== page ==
Cultural icon

"Iconic" redirects here. For other uses, see Icon (disambiguation).
Apple pie, baseball, and the flag grouped together are a cliché of American cultural icons

A cultural icon is an artifact that is recognised by members of a culture or sub-culture as representing some aspect of cultural identity. Cultural icons vary widely, and may be visual, audio, an object, a person or group of people, etc.

In the media, many items of popular culture have been called "iconic" despite their lack of durability. Some commentators believe that the word is overused or misused.[1]


A subset of cultural icons are national icons.

A web-based survey was set up in 2006 allowing the public to nominate their ideas for national icons of England[2] and the results reflect the range of different types of icon associated with an English view of English culture. Some examples are:

Matryoshka dolls are seen internationally as cultural icons of Russia.[12]

Madonna a human character, as a global cultural icon.[13]

The values, norms and ideals represented by a cultural icon vary both among people who subscribe to it, and more widely among other people who may interpret cultural icons as symbolising quite different values. Thus an apple pie is a cultural icon of the United States, but its significance varies among Americans.

National icons can become targets for those opposing or criticising a regime, for example, crowds destroying statues of Lenin in Eastern Europe after the fall of communism[14] or burning the Stars and Stripes flag to protest about US actions abroad.[15]

Religious icons can also become cultural icons in societies where religion and culture are deeply entwined, such as representations of the Madonna in societies with a strong catholic tradition.[16]

Describing something as iconic or as an icon has become very common in the popular media. This has drawn criticism from some: a writer in Liverpool Daily Post calls "iconic" "a word that makes my flesh creep," a word "pressed into service to describe almost anything."[17] The Christian Examiner nominates "iconic" in its list of overused words, finding over 18,000 "iconic" references in news stories alone, with another 30,000 for "icon", including its use for SpongeBob SquarePants.[18]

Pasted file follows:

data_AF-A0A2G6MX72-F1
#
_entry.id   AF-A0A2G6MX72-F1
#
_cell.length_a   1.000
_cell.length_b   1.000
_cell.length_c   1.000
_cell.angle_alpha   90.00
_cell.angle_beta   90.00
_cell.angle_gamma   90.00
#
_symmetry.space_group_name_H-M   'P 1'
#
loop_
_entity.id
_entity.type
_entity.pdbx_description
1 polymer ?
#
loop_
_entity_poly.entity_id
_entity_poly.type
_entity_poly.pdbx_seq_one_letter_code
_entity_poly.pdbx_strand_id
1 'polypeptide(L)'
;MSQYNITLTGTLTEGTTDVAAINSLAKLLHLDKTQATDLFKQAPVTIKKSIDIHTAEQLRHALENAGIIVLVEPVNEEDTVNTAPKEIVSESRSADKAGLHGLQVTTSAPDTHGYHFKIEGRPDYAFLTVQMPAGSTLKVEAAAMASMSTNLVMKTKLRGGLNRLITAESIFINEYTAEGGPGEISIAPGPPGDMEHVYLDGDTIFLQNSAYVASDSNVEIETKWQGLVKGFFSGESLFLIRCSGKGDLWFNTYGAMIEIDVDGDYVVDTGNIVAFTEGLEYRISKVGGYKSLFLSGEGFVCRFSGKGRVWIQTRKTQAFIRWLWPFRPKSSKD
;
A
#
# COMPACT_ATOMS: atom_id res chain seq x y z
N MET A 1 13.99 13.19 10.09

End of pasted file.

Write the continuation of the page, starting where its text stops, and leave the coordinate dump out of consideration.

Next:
See also


  1. Heard about the famous icon? We have - far too often, The Independent (London), January 27, 2007
  2. "Our Collection". Retrieved August 16, 2014.
  3. 1 2 3 4 British Postal Museum & Archive: Icons of England. Retrieved 15 December 2012.
  4. Holloway, J Christopher; Taylor, Neil (7th Edition, 2006 (First published 1983)). The Business of Tourism. Pearson Education. p. 217. Check date values in: |date= (help)
  5. McManus, Erwin Raphael (2001). An Unstoppable Force: Daring to Become the Church God Had in Mind. Flagship Church Resources. p. 113.
  6. BBC: Tea steams ahead in icon hunt. Retrieved 15 December 2012.
  7. Thorne, Tony (2011). The 100 Words that Make the English. Cuppa. Hachette Digital (e-book).
  8. 1 2 Jenkins, Simon; Dean Godson (editor) (October 2005). "Replacing the Routemaster" (PDF). p. 7. Retrieved December 15, 2012.
  9. 1 2 3 Culture24: Icons of England. Retrieved 15 December 2012.
  10. O'Neill, Brendan (2 April 2009). "Gulf News / Christian Science Monitor". To save a past that rings a bell. Retrieved December 15, 2012.
  11. Parker, Mike (2012). Cultural Icons: A Case Study Analysis of their Formation and Reception (PhD Thesis). Chapter 5: The Spitfire Aircraft. University of Central Lancashire. pp. 123–167.
  12. Bobo, Suzanna (25 December 2012). "Scuttlebutt: Wooden toy tells a story of love and industry". Kodiak Daily Mirror. Retrieved 9 April 2013.
  13. "Review: Madonna Style". M. November 12, 2012. Retrieved April 16, 2013.
  14. Jones, Jonathan (December 9, 2013). "Why smashing statues can be the sweetest revenge". Guardian.
  15. Laessing, ulf (September 14, 2012). "Anti-American fury sweeps Middle East over film". Reuters.
  16. Anthony B Pinn and Benjamin Valentin, eds. (2009). Creating Ourselves, African Americans and Hispanic Americans on popular culture and religious expression. Duke University Press.
  17. Let's hear it for the Queen's English, Liverpool Daily Post
  18. Modern word usage amazingly leaves us yearning for gay, old times, Christian Examiner


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